National Catholic Register

Opinion

Letters 09.13.09

BY Tom Hoopes

September 13-19, 2009 Issue | Posted 9/4/09 at 3:04 PM

 

Lives in the Balance 

We commend the National Catholic Register and Paul Kengor for quite correctly pointing out that George W. Bush deserves full credit for the President’s Emergency Plan for AIDS Relief (“Bush Quietly Saved a Million African Lives,” Aug. 9). Better known as Pepfar, the first three years of this $15 billion program truly revolutionized the treatment of HIV and AIDS, particularly in Africa. It brought life and hope to those who before faced death and despair. Over 2 million people have received life-saving medical treatment as a result of Pepfar.

The legacy that President Bush started in 2003 is continuing. Last year, Congress reauthorized Pepfar for another five years, calling for expenditures of $48 billion during that time. Learning from the first three years, Congress also improved the program, better integrating its work with the treatment of other diseases and into the health-care systems of affected countries.

To keep this admirable legacy intact, we at Catholic Relief Services urge that you tell your representatives in Congress to make sure Pepfar is fully funded in the coming years, even as our country faces tough economic decisions. Millions of lives depend on that. We cannot let these people down.

Ken Hackett, president

Catholic Relief Services

Baltimore


Reject Rationing


Regarding “Benedict on Health Care” (Aug. 9):

The “health-care reform” bill targets the unborn, the very sick and our senior citizens. Father Frank Pavone of Priests for Life has called it the Freedom of Choice Act in disguise. He also said: “The ‘health-care reform’ bills being finalized in Congress will set off a chain reaction that will result in a massive expansion of abortion! That’s because, unless Congress explicitly states that abortion is excluded, it will be regarded as ‘an essential benefit’ for Americans.”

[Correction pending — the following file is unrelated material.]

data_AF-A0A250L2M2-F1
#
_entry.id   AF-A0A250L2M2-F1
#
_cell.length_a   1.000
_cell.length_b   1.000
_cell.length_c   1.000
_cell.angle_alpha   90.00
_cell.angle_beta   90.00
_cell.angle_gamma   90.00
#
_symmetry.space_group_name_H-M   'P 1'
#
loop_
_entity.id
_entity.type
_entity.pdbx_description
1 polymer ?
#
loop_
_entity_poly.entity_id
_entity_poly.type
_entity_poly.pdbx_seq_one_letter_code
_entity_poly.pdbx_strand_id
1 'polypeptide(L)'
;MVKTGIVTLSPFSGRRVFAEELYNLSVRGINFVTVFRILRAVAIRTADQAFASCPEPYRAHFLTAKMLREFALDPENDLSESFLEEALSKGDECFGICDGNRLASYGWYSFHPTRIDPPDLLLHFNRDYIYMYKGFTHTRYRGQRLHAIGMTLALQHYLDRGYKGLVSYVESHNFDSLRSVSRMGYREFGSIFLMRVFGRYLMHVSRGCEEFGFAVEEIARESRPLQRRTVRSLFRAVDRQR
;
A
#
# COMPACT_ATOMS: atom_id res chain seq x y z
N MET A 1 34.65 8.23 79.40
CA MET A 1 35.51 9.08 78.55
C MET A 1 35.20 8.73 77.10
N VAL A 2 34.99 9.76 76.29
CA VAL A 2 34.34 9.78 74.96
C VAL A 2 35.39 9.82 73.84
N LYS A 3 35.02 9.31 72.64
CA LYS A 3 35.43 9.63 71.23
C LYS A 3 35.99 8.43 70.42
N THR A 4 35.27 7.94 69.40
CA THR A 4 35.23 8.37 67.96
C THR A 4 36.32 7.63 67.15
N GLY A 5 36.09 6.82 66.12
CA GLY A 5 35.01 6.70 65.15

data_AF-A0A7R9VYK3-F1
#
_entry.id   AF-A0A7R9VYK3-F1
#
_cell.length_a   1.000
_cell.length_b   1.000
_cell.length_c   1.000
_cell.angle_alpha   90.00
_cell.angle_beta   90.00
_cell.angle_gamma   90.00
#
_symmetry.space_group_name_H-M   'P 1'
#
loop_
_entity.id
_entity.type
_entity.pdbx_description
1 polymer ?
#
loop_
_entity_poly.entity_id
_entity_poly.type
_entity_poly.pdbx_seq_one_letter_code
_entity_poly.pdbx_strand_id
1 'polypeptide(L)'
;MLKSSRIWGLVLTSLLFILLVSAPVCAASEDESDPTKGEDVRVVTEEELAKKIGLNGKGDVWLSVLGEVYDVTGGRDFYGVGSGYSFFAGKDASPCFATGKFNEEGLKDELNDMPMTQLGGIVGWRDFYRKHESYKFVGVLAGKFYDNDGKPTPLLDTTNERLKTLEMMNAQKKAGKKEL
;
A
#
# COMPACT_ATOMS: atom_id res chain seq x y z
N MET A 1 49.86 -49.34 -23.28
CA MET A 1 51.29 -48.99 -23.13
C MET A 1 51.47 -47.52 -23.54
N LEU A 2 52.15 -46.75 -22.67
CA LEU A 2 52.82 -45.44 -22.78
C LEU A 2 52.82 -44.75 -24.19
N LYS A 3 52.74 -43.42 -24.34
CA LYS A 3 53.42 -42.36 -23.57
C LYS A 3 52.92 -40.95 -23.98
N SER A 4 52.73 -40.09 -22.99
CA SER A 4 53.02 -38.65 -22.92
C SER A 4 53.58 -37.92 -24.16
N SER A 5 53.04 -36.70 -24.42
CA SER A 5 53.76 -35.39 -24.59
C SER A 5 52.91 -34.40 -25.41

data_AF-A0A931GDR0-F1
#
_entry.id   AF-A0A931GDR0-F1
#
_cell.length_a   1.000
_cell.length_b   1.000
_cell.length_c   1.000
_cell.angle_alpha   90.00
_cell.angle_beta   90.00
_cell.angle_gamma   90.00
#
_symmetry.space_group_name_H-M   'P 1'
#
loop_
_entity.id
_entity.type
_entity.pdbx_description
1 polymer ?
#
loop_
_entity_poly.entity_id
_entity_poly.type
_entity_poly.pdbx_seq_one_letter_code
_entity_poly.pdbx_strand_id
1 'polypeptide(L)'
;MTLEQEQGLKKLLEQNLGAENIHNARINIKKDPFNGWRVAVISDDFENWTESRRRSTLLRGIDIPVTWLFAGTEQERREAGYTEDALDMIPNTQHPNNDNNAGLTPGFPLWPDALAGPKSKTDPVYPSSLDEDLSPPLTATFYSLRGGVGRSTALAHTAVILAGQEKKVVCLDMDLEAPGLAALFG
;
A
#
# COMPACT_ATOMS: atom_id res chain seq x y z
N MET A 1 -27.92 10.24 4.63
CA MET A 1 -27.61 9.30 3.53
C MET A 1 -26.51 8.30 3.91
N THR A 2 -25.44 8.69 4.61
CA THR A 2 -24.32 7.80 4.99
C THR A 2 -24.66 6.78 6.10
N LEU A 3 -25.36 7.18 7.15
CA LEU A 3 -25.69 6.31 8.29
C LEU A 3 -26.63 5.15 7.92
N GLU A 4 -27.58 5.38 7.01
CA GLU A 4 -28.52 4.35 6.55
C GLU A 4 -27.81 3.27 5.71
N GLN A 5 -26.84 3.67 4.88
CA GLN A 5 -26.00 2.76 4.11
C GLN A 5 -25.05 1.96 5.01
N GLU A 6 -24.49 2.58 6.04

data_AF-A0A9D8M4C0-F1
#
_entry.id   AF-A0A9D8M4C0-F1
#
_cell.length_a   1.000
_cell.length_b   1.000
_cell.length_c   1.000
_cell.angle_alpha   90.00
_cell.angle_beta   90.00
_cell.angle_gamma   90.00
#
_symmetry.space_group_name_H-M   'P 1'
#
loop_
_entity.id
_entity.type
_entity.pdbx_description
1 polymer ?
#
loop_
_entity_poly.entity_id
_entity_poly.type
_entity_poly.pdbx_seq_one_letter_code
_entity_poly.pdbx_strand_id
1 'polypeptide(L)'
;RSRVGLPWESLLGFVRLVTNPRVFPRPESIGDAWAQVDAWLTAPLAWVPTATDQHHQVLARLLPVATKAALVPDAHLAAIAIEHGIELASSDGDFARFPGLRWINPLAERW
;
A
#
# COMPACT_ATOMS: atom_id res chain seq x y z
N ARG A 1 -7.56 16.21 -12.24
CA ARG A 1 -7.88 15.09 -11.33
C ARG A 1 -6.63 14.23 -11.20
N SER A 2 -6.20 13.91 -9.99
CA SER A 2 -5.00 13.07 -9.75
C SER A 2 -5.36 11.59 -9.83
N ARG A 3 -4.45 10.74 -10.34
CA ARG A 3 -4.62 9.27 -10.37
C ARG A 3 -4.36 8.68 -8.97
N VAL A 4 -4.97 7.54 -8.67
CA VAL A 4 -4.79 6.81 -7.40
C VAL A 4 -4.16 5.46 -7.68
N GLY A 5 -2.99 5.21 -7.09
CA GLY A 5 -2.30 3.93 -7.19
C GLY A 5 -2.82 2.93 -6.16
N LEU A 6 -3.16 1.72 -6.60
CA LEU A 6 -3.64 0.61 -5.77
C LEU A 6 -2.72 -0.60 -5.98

Senior citizens and the very sick of all ages will be harmed, or die, because of rationing. That’s how the framers of the bill intend to save money.

We need to scrap the current “health-care reform” bill and do something else, such as allowing Medicaid as a temporary measure for folks who have lost their jobs, and giving Americans the right to purchase health insurance from any state in the union, which would make insurance companies more competitive, thereby reducing costs. We really can’t trust the government to control our health care.

Let’s keep calling, writing and/or visiting our representatives to tell them we don’t want this “health-care reform” bill.

More importantly, we should pray every day for an end to abortion, euthanasia and neglect (through rationing).

Beverly Moran

Corinth, New York


De Souza on Kennedy


Father Raymond J. de Souza’s comments and summary of “Edward Kennedy’s Catholic Legacy” (Sept. 6) may well stand as a bright light when a debate is held on what is the most important role an authentic Catholic citizen should assume if he or she decides to enter public life.

Terry F. Whalen Sr.

Miramichi, New Brunswick


180 Degrees of Separation


When abortion began escalating as a controversial issue in the late 1960s, I wrote a letter to Sen. Ted Kennedy, D-Mass., and respectfully inquired as to his view.